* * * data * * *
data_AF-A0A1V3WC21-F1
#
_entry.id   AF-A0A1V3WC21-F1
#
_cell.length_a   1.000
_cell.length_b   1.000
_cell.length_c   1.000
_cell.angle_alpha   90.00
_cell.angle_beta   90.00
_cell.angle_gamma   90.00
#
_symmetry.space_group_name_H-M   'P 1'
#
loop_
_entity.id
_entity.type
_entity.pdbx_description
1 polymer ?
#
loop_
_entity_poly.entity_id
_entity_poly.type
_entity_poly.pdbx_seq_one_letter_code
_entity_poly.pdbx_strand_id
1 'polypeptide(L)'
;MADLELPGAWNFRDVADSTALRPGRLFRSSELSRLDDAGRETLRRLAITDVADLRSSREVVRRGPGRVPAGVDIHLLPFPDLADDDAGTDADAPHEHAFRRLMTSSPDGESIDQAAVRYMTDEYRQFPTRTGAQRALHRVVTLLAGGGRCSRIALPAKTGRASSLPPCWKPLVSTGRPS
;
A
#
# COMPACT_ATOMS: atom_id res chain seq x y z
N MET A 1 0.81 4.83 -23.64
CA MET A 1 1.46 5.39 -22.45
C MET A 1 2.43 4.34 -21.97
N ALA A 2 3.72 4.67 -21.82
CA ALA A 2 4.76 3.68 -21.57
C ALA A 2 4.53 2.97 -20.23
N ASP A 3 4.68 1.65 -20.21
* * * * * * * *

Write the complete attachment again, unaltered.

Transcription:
data_AF-A0A1V3WC21-F1
#
_entry.id   AF-A0A1V3WC21-F1
#
_cell.length_a   1.000
_cell.length_b   1.000
_cell.length_c   1.000
_cell.angle_alpha   90.00
_cell.angle_beta   90.00
_cell.angle_gamma   90.00
#
_symmetry.space_group_name_H-M   'P 1'
#
loop_
_entity.id
_entity.type
_entity.pdbx_description
1 polymer ?
#
loop_
_entity_poly.entity_id
_entity_poly.type
_entity_poly.pdbx_seq_one_letter_code
_entity_poly.pdbx_strand_id
1 'polypeptide(L)'
;MADLELPGAWNFRDVADSTALRPGRLFRSSELSRLDDAGRETLRRLAITDVADLRSSREVVRRGPGRVPAGVDIHLLPFPDLADDDAGTDADAPHEHAFRRLMTSSPDGESIDQAAVRYMTDEYRQFPTRTGAQRALHRVVTLLAGGGRCSRIALPAKTGRASSLPPCWKPLVSTGRPS
;
A
#
# COMPACT_ATOMS: atom_id res chain seq x y z
N MET A 1 0.81 4.83 -23.64
CA MET A 1 1.46 5.39 -22.45
C MET A 1 2.43 4.34 -21.97
N ALA A 2 3.72 4.67 -21.82
CA ALA A 2 4.76 3.68 -21.57
C ALA A 2 4.53 2.97 -20.23
N ASP A 3 4.68 1.65 -20.21